A charming kiosk, modestly hidden in one of the shadiest groves of the Parc du Champ de Mars, contains the fantastically rich fabrics that are made in Kashmyr.
The architect who built it is a talented man whose abilities have often been used at the Universal Exhibition, abilities that have just been recognised by a promotion to the Legion of Honour.
To quote M. Hochereau is to praise his work; it is to sum up the science of style and the grace of design.
The tasteful exhibitors who gave such an artist the mission of creating a frame suitable for surrounding the sparkling designs of Indian fabrics are called Messrs Frainais and Gramagnac.
But why did they bury one of the most beautiful private exhibitions in a corner of the Park? We address this question to the Imperial Commission, and, in order to guide the visitor as well as to repair this little defect in classification, let us quickly say that this kiosk is situated near the perimeter of the Palais, in the Champagne alley near the workers' house.
The supporters of Lyon's industry who, moved by their patriotism, cast an envious glance at the marvels made by Indian weavers, exalting the superiority of French industry, often wonder why French importers place so high a value on foreign arts. Beauty has no homeland, or rather it is at home everywhere; the power of our machines, the skilful mechanisms of our looms are certainly capable of producing such beautiful things, but here a question of price arises which certainly has its importance, and which would have a much more considerable one without the intervention of heavy customs tariffs.
What does it matter? Let us take advantage of the gifts of nature; and nature makes these pretty little goats grow in India, of which we see a few samples in the Garden of Acclimatization; their long, silky hair protects a fine down which is used for making shawls. It is true that one can try to acclimatise them in France; but what cannot be acclimatised are these workers, unique in the world, who are dressed by the climate itself, fed with a little rice, satisfied with a minimal salary, if one can apply this word to a sum of 20 centimes per day, and who from generation to generation pass on to each other, in front of the same looms and in front of the same processes, the art of weaving shawls pushed to perfection.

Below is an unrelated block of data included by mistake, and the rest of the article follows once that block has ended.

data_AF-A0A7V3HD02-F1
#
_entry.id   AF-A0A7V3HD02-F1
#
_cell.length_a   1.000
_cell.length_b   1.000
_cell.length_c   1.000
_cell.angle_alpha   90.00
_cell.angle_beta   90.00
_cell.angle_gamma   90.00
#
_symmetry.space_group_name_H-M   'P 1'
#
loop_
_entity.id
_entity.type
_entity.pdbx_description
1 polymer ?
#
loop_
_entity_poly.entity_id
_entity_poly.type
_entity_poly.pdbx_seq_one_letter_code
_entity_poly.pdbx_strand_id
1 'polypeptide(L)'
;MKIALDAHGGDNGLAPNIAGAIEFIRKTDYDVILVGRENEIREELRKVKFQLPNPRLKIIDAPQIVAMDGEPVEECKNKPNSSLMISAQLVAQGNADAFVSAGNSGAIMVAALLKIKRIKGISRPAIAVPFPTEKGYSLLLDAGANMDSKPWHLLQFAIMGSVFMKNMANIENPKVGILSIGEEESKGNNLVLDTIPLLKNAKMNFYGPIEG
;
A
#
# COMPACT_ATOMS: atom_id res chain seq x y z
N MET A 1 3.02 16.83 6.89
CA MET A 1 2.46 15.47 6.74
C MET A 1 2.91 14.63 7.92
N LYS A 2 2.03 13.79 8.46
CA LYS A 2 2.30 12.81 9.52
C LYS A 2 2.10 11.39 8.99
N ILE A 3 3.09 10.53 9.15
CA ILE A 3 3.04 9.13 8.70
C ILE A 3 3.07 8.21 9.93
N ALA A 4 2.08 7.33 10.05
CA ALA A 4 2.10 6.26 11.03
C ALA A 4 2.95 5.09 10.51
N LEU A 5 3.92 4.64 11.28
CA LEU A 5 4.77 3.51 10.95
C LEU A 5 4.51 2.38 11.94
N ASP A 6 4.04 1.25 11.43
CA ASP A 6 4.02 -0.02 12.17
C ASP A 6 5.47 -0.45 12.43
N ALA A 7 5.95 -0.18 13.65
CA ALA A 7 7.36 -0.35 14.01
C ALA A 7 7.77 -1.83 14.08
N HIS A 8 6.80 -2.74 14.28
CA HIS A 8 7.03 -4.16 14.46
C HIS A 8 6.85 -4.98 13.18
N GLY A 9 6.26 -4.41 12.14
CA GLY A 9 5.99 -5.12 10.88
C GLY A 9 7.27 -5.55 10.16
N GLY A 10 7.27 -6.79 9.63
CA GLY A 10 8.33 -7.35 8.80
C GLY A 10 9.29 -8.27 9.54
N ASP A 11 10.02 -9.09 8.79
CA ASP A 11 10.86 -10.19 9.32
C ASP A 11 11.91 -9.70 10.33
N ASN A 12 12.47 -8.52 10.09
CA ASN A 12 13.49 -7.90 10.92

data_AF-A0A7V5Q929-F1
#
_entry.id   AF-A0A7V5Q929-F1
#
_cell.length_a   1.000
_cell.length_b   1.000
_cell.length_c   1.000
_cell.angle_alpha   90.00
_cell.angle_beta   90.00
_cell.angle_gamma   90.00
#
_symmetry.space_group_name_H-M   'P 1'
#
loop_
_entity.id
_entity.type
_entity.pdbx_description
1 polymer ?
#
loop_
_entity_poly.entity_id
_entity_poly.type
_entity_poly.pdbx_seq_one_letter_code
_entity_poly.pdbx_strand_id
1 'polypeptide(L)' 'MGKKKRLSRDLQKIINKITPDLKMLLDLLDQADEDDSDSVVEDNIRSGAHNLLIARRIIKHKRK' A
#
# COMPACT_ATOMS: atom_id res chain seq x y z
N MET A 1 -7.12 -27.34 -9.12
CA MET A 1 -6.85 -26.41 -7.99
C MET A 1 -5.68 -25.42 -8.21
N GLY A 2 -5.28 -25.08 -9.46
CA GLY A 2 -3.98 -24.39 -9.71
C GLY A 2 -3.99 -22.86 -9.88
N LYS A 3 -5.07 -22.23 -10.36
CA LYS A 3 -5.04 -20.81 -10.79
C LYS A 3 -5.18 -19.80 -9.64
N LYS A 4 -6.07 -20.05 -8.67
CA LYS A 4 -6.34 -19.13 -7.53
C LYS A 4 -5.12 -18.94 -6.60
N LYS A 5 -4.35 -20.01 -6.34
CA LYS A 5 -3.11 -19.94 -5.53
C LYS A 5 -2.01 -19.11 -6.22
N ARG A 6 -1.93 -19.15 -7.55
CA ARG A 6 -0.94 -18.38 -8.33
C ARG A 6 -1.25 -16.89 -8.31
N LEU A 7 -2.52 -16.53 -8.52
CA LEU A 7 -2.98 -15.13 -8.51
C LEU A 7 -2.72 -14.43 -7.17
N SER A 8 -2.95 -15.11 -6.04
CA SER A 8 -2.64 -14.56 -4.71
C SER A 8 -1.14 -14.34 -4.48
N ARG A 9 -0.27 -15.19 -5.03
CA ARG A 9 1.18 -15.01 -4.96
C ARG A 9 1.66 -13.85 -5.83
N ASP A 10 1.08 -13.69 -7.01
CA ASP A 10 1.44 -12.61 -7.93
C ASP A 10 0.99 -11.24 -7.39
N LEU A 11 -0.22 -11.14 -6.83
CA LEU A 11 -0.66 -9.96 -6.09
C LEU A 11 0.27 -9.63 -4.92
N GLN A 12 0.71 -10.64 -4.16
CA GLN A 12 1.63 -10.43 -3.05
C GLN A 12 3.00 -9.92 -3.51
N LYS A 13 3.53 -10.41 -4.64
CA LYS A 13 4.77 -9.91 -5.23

The superiority of India has always been recognised, from the Romans, who, according to Pliny, brought them fifty million sesterces every year, to the present day, when modern sesterces amount to millions even more.
A shawl from India, which can be bought for 2000 francs in the valley of Kashmyr, would cost no less than 25 to 30,000 francs to make in France. Now, here is how it is done: women spin the down of Kashmyrian goats; the yarn is then delivered to the dyer who gives it, with the help of processes that are naive by dint of their simplicity, and of which we have no idea in France, the splendid colours whose solidity and richness we admire.
The weaver arrives and executes the design given to him; each weaver makes a piece of shawl; then a contractor, who must lack neither taste nor talent, has the most skilful workers assemble the different parts which then form the whole shawl.
The finished shawl is dry-cleaned, coated with rice glue, and then delivered to the European buyer who has directed its manufacture.
MESSRS. Frainais and Gramagnac, who have exhibited shawls of an admirable variety of designs, some of which are embellished with gold embroidery of unprecedented delicacy, have their workshops in a large centre of the Punjab, at Umritsir; In another part of the Palace, they also exhibit laces of great beauty, whose factories are located in Alençon, Bayeux and Brussels; they thus bring together the most delicate types of fabric, and for the execution of which it is necessary to combine the power of industry with the inspirations of art.
©L'Exposition Universelle de 1867 Illustrée